OPINION

‘Cancelling’ Palestine in Australia

Public figures and media outlets continue to avoid talking about Palestine, and Israeli crimes.

The rhetorical shields and strategies deployed to deflect, block and censor Palestine and its supporters constitute a form of violence against colonised peoples, writes Abdel-Fattah [AP Photo]

Over the past few months, English-language media has witnessed a heated debate about freedom of speech and “cancel culture”. It has made me think of my own experience with the limits of freedom of speech in Australia and the tendency of the local media to “cancel” Palestine.

In the days leading up to Israel’s proposed annexation of the West Bank, I was scrolling through my Twitter feed, wondering why those who profess to care about racism, oppression and injustice in Australia rarely dare to tether their politics to Palestine.

I can name countless public figures, public intellectuals, academics, artists and activists who have been rightly vocal about a long list of global human rights violations and social and racial justice struggles but have never once spoken up in defence of the rights of Palestinians. Yes, we see you.

This silence was also reflected in the fact that in mid-June, Australia was one of only two countries to vote against a UN Human Rights Council resolution condemning Israel’s intention to illegally annex significant parts of the occupied West Bank.

What does anti-racism as practice – not a timeline of online platitudes and curated bursts of outrage – actually mean to the many academics, artists and public figures who are vocal about fighting settler-colonial and racist violence, but scatter in the dust when anyone mentions Palestine?

It was this question that prompted me and my fellow Palestinian sisters and activists, Sara Saleh (human rights advocate and poet) and Micaela Sahhar (poet and researcher) to write an open statement demanding the Australian government publicly oppose the Israeli government’s annexation plans and cease greenlighting Israeli violations of human rights and fundamental principles of international law.

The statement called on academics, artists and activists to support the Palestinian people in their struggle for self-determination and their aspirations for freedom, justice, dignity and equality for all.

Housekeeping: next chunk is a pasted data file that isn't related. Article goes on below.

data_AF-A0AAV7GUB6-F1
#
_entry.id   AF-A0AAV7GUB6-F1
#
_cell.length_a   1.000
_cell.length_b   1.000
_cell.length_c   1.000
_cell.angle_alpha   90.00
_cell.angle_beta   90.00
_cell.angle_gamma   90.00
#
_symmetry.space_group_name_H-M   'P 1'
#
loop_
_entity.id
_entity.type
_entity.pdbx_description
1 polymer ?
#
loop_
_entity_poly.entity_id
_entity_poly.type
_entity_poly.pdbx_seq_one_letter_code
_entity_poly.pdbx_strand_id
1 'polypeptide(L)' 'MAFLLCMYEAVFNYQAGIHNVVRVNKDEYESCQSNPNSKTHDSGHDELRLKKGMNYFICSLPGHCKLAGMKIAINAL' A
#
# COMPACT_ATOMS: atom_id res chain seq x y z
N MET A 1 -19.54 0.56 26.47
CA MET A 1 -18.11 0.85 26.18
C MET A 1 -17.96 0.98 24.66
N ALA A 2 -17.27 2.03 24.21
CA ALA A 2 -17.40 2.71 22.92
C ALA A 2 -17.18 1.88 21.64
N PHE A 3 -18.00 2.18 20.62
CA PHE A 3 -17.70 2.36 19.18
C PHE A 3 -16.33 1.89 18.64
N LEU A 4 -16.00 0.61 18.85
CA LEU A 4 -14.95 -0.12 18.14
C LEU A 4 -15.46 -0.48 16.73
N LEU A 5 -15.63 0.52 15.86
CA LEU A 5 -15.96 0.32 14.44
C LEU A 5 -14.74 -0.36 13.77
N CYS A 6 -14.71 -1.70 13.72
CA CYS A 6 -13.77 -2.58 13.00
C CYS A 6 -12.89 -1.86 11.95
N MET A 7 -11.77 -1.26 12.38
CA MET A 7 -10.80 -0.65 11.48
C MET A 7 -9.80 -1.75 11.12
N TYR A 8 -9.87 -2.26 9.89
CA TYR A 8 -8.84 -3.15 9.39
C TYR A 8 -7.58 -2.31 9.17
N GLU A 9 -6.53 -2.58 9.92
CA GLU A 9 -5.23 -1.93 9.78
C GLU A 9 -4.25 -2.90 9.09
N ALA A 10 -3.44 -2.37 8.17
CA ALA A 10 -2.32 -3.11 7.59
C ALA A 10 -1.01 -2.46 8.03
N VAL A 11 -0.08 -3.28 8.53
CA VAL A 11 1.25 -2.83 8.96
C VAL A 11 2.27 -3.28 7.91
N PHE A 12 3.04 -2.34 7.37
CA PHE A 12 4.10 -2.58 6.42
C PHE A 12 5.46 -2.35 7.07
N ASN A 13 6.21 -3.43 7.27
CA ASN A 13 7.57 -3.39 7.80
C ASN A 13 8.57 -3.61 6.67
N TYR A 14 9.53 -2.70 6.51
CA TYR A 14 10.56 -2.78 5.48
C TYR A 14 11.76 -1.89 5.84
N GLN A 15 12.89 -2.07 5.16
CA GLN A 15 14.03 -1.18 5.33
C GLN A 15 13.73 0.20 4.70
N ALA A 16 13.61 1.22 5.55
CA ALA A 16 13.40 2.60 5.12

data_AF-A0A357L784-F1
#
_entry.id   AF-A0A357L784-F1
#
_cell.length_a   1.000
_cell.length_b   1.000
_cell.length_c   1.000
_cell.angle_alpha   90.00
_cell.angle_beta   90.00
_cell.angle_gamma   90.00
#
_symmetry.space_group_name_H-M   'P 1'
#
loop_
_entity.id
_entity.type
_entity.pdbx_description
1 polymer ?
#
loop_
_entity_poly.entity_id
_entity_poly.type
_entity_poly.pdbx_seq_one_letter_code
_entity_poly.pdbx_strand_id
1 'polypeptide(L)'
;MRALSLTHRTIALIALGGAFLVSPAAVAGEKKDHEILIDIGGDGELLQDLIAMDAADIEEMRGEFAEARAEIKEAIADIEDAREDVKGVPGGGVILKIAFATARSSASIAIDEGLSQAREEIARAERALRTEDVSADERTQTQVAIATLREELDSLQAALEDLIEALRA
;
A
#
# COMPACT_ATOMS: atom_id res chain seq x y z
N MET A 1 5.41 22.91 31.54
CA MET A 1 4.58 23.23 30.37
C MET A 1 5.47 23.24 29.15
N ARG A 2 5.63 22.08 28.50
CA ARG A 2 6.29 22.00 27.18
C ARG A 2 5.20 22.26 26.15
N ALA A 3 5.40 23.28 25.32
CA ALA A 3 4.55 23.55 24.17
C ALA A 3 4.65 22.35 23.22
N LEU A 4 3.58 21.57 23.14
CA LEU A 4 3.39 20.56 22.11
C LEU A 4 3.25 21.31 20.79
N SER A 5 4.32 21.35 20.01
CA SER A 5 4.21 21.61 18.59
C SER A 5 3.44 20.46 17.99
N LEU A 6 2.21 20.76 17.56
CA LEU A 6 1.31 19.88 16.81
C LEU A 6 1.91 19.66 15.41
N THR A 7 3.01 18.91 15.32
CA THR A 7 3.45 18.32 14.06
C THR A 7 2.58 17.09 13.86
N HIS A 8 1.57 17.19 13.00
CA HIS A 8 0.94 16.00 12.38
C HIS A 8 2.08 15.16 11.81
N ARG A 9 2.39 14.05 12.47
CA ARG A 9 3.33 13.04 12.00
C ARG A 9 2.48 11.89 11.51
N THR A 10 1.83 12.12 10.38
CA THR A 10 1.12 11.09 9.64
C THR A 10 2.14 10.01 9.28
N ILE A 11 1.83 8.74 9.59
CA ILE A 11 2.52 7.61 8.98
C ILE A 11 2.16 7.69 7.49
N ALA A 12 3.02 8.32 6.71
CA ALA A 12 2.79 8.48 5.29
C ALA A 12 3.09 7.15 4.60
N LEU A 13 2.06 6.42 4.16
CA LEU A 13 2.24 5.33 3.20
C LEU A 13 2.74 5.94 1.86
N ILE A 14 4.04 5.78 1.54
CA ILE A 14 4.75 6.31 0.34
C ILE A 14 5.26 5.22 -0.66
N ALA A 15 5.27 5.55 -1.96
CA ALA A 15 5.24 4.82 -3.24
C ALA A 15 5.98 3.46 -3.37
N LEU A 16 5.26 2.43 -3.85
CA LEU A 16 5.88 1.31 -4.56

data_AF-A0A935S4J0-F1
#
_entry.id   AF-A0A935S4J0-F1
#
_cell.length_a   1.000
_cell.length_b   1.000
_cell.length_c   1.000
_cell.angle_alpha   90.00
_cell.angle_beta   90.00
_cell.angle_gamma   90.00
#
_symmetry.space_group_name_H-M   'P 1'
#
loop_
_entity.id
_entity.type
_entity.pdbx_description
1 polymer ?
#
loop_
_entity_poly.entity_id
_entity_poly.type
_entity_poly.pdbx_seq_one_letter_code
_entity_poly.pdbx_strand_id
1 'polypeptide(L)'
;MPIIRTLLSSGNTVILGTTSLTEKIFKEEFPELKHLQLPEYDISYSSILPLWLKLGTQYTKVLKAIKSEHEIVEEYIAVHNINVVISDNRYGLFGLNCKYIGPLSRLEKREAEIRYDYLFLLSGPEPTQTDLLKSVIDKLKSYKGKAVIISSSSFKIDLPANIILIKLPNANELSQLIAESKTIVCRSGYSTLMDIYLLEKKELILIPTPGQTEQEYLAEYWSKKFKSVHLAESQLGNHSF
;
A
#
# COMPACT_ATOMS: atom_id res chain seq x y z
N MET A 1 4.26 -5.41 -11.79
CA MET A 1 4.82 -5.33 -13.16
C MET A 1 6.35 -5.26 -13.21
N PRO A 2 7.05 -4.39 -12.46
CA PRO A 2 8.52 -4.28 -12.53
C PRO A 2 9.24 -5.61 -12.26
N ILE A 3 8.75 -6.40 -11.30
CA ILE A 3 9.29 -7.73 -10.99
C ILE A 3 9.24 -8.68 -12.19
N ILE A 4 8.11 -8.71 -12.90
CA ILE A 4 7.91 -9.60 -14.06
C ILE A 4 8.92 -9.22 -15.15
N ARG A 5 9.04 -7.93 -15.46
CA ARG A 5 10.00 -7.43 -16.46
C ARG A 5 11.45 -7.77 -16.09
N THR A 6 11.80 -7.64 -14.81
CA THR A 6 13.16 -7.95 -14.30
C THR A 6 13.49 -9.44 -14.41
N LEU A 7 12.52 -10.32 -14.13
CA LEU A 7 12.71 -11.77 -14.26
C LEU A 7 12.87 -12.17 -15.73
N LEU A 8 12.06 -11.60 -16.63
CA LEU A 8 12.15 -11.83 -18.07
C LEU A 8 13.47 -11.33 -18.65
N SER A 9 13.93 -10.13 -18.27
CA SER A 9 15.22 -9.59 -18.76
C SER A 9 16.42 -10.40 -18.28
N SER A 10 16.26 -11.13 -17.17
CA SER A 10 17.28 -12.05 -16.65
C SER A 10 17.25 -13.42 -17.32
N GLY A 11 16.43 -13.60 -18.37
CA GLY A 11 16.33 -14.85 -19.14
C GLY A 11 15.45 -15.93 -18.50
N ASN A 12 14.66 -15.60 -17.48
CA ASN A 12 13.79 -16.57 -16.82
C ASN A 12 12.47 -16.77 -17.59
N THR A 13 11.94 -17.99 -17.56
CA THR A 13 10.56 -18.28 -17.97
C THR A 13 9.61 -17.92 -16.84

On July 1, we sent the statement far and wide. The response took us completely by surprise.

Within two days, more than 800 people had signed the statement. The honour list of signatories includes prominent Indigenous leaders, elders, artists and writers, most of whom signed on within the first few hours of the statement’s life. Signing on alongside First Nations peoples were some of the most prominent academics and artists in the country, the diversity reflecting a truer picture of the nation. This coming together to express collective solidarity for Palestine was unprecedented.

We believed this statement of solidarity was significant not only because of the impressive list of signatories, but because it reckoned with settler colonialism, Western imperialism and state-sanctioned racism as a global project that foregrounds First Nations peoples in solidarity with Palestinians. In doing so, it crystallised what it means to truly practise anti-racism in a world where the ongoing impacts of settler colonialism are lethal.

We approached media outlets, armed with countless precedents of open letters and statements being published. The Overland journal, with its established track record for platforming marginalised voices, instantly agreed to publish the statement. The statement was also picked up and reported on in the London-based The New Arab.

We refused to stop there. We wanted to publish in Australia’s establishment media. As Palestinian Australians, we are accustomed to fighting for a public platform. We are used to being warned to “tone it down”, “not get emotional”, “be civil”, edit our words, amend our arguments, adjust our language, rely on “human stories” over legal arguments, “find the local angle”. We are used to our emails being ignored, our calls going to voice mail, switch-desks refusing to give us the names of editors. We are used to our articles being held up, only to be rejected as no longer “newsworthy”.